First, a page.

Current Date: 28 Sep, 2023

Protesters gather outside Cop27 to call for more action to save the planet

On Thursday, more than 100 activists staged a loud protest inside the venue of Egypt's UN climate summit, chanting slogans urging more action to save the planet.

The sister of Alaa Abdel Fattah, an Egyptian dissident, and current prisoner, was present at the demonstration but did not speak to the press or onlookers.

According to Sanaa Abdel Fattah, a lawyer for Abdel Fattah is still negotiating access to visit him in a prison north of Cairo. Many protest chants referenced her brother's recently released book; You Have Not Yet Been Defeated.

Protesters gather outside Cop27 to call for more action to save the planet

Ana Gabriela Celestial, a Filipina activist, speaks at a protest gathering to demand the release of imprisoned human rights and environmental activists worldwide during Cop27 in Sharm El Sheikh, Egypt.

The small protest came just hours before Abdel Fattah's lawyer announced that Egypt's state prosecutor had permitted him to visit the activist. He stated on Thursday afternoon that he was negotiating access with prison officials.


Egypt effectively banned protests for the majority of the last decade. We are allowing the protest to continue and honored Egypt's repeated pledges at the UN summit to allow peaceful demonstrations.

The protest occurred as the West increased diplomatic pressure on Egypt to release Abdel Fattah. Abdel Fattah, 40, a well-known participant in the 2011 uprising that resulted in longtime President Hosni Mubarak's resignation, began a partial hunger strike in April.

His family claims he refused liquids on Sunday and may have died. According to a statement released late Thursday by Egypt's general prosecution, Abdel Fattah underwent a comprehensive medical examination, including blood tests, and was found to be in good health and won't require hospitalization.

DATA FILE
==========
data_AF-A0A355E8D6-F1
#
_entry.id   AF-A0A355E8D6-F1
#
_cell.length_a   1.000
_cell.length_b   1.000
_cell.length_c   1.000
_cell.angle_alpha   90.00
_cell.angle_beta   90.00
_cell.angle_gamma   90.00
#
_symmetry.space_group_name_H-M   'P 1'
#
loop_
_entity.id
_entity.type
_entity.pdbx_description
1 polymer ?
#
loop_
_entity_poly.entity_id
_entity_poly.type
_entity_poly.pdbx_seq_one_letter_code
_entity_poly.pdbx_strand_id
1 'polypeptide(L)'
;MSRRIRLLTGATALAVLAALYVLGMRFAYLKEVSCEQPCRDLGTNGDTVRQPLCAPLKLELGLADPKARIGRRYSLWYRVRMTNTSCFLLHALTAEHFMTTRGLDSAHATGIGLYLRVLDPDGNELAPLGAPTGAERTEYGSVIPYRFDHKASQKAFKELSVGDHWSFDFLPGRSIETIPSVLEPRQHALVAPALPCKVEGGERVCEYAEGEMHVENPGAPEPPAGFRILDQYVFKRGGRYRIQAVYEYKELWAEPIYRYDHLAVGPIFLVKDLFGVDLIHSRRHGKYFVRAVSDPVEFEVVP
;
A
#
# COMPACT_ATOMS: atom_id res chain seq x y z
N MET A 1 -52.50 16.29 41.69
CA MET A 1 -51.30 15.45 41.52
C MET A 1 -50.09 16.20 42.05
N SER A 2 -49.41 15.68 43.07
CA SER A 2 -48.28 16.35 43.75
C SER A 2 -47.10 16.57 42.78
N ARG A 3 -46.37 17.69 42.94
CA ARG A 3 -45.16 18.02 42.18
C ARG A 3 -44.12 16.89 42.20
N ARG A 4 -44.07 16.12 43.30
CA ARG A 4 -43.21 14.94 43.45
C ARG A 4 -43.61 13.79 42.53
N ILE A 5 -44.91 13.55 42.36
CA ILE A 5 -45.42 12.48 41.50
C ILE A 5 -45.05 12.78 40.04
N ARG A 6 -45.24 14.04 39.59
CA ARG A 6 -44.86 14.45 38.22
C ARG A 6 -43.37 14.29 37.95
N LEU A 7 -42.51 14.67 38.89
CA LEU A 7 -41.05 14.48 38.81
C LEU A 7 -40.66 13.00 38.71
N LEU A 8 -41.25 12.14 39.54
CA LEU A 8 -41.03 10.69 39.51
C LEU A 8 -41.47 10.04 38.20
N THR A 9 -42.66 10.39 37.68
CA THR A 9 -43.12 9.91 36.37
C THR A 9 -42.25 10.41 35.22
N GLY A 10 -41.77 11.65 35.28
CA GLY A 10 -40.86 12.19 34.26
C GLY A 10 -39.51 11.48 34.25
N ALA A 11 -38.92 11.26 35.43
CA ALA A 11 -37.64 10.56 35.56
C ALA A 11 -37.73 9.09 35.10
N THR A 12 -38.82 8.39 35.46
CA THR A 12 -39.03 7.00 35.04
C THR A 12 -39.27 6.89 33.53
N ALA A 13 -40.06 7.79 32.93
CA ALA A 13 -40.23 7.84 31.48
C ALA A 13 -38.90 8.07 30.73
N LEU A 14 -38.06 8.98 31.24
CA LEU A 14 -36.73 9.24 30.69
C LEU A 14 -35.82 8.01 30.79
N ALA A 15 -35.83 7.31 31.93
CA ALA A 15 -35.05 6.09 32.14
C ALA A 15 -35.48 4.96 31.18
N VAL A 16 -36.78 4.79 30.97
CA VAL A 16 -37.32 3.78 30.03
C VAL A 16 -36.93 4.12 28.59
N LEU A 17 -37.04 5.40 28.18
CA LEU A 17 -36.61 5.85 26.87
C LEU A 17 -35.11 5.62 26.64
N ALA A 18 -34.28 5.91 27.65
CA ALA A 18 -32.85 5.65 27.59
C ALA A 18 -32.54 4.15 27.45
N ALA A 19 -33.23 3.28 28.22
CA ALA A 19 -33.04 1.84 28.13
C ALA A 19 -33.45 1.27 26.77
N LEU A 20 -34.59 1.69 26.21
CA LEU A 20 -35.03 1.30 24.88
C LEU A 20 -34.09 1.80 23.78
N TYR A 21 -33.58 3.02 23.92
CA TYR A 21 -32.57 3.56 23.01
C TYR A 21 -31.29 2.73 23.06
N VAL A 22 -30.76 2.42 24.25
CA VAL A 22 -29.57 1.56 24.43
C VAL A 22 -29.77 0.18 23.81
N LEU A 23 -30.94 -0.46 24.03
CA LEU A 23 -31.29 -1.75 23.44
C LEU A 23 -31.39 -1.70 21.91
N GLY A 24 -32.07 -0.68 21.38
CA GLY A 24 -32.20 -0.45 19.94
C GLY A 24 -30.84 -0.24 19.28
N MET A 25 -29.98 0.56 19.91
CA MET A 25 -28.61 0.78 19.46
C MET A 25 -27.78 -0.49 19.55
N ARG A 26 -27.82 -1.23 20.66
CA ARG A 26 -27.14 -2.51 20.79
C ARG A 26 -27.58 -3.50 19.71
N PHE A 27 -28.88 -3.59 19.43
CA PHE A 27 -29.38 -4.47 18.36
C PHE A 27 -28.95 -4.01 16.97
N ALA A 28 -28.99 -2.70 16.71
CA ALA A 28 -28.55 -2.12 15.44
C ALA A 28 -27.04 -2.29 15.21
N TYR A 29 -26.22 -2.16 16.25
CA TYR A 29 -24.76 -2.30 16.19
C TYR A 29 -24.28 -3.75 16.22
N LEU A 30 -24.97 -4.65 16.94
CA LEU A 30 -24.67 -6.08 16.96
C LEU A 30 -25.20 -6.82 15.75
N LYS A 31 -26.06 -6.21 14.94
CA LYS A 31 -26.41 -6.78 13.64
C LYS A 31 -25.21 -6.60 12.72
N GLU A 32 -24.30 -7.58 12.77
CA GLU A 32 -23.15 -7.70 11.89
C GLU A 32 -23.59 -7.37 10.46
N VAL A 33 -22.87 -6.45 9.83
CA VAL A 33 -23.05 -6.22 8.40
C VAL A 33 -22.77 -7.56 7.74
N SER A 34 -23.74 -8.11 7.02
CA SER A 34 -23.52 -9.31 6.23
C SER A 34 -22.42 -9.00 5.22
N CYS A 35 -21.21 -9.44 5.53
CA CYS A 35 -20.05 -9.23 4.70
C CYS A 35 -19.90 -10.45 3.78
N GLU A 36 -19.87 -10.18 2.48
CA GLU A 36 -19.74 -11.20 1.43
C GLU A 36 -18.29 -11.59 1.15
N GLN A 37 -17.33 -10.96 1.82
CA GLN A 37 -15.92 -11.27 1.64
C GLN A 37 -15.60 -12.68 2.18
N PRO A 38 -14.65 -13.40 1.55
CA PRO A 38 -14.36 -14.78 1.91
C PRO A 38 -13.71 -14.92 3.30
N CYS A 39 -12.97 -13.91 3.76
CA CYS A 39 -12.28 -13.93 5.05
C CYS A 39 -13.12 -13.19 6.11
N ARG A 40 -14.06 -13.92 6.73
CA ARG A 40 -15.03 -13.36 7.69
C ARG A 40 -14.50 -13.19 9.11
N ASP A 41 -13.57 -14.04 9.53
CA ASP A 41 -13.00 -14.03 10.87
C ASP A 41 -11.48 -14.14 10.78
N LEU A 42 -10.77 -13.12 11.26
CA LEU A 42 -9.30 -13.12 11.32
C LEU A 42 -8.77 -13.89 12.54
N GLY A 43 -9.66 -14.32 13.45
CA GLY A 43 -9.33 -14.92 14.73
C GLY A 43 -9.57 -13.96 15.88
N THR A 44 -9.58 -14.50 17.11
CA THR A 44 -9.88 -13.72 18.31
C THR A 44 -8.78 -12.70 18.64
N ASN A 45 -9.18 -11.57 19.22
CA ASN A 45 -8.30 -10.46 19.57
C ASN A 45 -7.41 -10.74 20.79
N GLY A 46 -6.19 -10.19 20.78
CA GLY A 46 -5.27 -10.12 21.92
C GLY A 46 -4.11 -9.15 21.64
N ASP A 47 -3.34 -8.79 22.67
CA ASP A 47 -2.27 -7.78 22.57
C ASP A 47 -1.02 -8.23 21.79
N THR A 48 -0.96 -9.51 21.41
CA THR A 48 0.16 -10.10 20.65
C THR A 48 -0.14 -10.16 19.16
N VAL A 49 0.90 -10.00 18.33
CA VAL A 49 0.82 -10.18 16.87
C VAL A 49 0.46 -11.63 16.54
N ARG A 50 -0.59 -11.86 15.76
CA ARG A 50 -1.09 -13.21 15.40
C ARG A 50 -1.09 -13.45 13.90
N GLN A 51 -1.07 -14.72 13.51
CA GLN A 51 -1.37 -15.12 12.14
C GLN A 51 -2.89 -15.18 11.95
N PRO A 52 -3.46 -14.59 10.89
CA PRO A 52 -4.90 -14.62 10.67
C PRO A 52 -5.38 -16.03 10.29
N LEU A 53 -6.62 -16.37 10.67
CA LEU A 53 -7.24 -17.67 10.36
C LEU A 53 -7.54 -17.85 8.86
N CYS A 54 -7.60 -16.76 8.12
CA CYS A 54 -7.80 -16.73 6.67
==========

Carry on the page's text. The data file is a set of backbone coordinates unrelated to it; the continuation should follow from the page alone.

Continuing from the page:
"This suggests that he is unlikely to be on a hunger strike," it said. Protesters on Thursday carried banners in English, French, Arabic, and Spanish that read, "No climate justice without human rights."

The majority of protesters wore white clothing and face masks. "The people united will never be defeated," they chanted as they raised their fists. The National covers the second day of the Cop27 climate summit in Egypt.

"We are here to lift the voices of all climate and human rights defenders," Gina Cortes Valderrama, a well-known Colombian activist, said. "We cannot forget the many, many, many people who have lost their voices," Ms. Valderrama, the rally's first speaker, said.

Sanaa Abdel Fattah has been discussing her brother's situation since arriving in Sharm El Sheikh, a Red Sea resort town where the UN meeting is taking place this week.

This year, Abdel Fattah and his sisters Sanaa and Mona received British citizenship because their mother, Laila Soueif, a mathematics professor, is a native of the nation.

Recently, the presidents of France, the United Kingdom, and Germany claimed to have spoken with Abdel Fattah El Sisi, the president of Egypt, in Sharm El Sheikh about the case and demanded his release.

According to a Facebook post, Abdel Fattah is incarcerated for five years for “spreading false news.” The sister of a jailed Egyptian-British activist hopes to exert pressure on the British Prime Minister at Cop27.

In response to a question about Abdel Fattah, Egyptian Foreign Minister Sameh Shoukry stated this week that the dissident was treated following prison regulations and the penal code.

According to him, Abdel Fattah has access to “all necessary care in prison.” The dissident's case was brought up during the UN summit, the minister claimed on Wednesday, to draw attention away from Egypt's "organizational achievement" as host.

Mr. El Sisi recently relaxed some of his anti-dissent laws after taking office in 2014. He has authorized the release of approximately 1,000 government critics who had been held in pre-trial detention and has called for a national dialogue on the country's political future.

He has allowed for measured criticism of his policies at a time when his country's economy is suffering due to the Russia-Ukraine conflict.

Excellence Chukwuma Chukwunaedu

Excellence Chukwuma Chukwunaedu

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